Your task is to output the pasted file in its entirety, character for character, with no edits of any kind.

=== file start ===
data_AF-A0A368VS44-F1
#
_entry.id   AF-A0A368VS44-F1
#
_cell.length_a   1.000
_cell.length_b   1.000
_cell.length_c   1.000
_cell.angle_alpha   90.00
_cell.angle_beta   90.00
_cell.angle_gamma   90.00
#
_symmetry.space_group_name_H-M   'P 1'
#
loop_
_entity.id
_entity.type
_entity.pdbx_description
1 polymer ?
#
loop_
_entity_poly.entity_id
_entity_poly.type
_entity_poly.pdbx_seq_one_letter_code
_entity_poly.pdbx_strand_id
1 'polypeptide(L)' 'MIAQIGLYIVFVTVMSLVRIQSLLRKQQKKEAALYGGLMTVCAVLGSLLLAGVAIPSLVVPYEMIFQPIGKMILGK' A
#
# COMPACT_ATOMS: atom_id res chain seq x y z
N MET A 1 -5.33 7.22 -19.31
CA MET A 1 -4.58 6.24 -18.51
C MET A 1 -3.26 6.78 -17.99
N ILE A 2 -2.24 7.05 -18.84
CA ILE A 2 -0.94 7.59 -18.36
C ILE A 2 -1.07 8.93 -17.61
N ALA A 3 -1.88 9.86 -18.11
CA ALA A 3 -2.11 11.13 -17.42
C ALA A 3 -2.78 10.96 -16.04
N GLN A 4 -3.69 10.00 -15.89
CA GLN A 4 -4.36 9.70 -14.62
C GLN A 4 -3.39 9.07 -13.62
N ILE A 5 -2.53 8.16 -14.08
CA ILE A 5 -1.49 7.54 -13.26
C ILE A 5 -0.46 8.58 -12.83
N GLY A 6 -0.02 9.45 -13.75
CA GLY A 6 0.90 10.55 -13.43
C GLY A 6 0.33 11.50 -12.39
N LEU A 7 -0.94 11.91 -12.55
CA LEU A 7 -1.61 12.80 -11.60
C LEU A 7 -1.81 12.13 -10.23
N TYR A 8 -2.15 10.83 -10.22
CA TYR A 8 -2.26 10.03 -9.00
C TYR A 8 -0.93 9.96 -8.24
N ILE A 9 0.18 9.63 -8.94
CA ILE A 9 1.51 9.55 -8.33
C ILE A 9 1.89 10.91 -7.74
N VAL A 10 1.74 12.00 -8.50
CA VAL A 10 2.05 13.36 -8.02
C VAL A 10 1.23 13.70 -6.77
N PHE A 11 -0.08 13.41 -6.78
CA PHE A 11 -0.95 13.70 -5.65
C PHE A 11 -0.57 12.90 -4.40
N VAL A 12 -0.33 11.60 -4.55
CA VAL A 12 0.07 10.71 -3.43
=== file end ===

data_AF-A0A368VS44-F1
#
_entry.id   AF-A0A368VS44-F1
#
_cell.length_a   1.000
_cell.length_b   1.000
_cell.length_c   1.000
_cell.angle_alpha   90.00
_cell.angle_beta   90.00
_cell.angle_gamma   90.00
#
_symmetry.space_group_name_H-M   'P 1'
#
loop_
_entity.id
_entity.type
_entity.pdbx_description
1 polymer ?
#
loop_
_entity_poly.entity_id
_entity_poly.type
_entity_poly.pdbx_seq_one_letter_code
_entity_poly.pdbx_strand_id
1 'polypeptide(L)' 'MIAQIGLYIVFVTVMSLVRIQSLLRKQQKKEAALYGGLMTVCAVLGSLLLAGVAIPSLVVPYEMIFQPIGKMILGK' A
#
# COMPACT_ATOMS: atom_id res chain seq x y z
N MET A 1 -5.33 7.22 -19.31
CA MET A 1 -4.58 6.24 -18.51
C MET A 1 -3.26 6.78 -17.99
N ILE A 2 -2.24 7.05 -18.84
CA ILE A 2 -0.94 7.59 -18.36
C ILE A 2 -1.07 8.93 -17.61
N ALA A 3 -1.88 9.86 -18.11
CA ALA A 3 -2.11 11.13 -17.42
C ALA A 3 -2.78 10.96 -16.04
N GLN A 4 -3.69 10.00 -15.89
CA GLN A 4 -4.36 9.70 -14.62
C GLN A 4 -3.39 9.07 -13.62
N ILE A 5 -2.53 8.16 -14.08
CA ILE A 5 -1.49 7.54 -13.26
C ILE A 5 -0.46 8.58 -12.83
N GLY A 6 -0.02 9.45 -13.75
CA GLY A 6 0.90 10.55 -13.43
C GLY A 6 0.33 11.50 -12.39
N LEU A 7 -0.94 11.91 -12.55
CA LEU A 7 -1.61 12.80 -11.60
C LEU A 7 -1.81 12.13 -10.23
N TYR A 8 -2.15 10.83 -10.22
CA TYR A 8 -2.26 10.03 -9.00
C TYR A 8 -0.93 9.96 -8.24
N ILE A 9 0.18 9.63 -8.94
CA ILE A 9 1.51 9.55 -8.33
C ILE A 9 1.89 10.91 -7.74
N VAL A 10 1.74 12.00 -8.50
CA VAL A 10 2.05 13.36 -8.02
C VAL A 10 1.23 13.70 -6.77
N PHE A 11 -0.08 13.41 -6.78
CA PHE A 11 -0.95 13.70 -5.65
C PHE A 11 -0.57 12.90 -4.40
N VAL A 12 -0.33 11.60 -4.55
CA VAL A 12 0.07 10.71 -3.43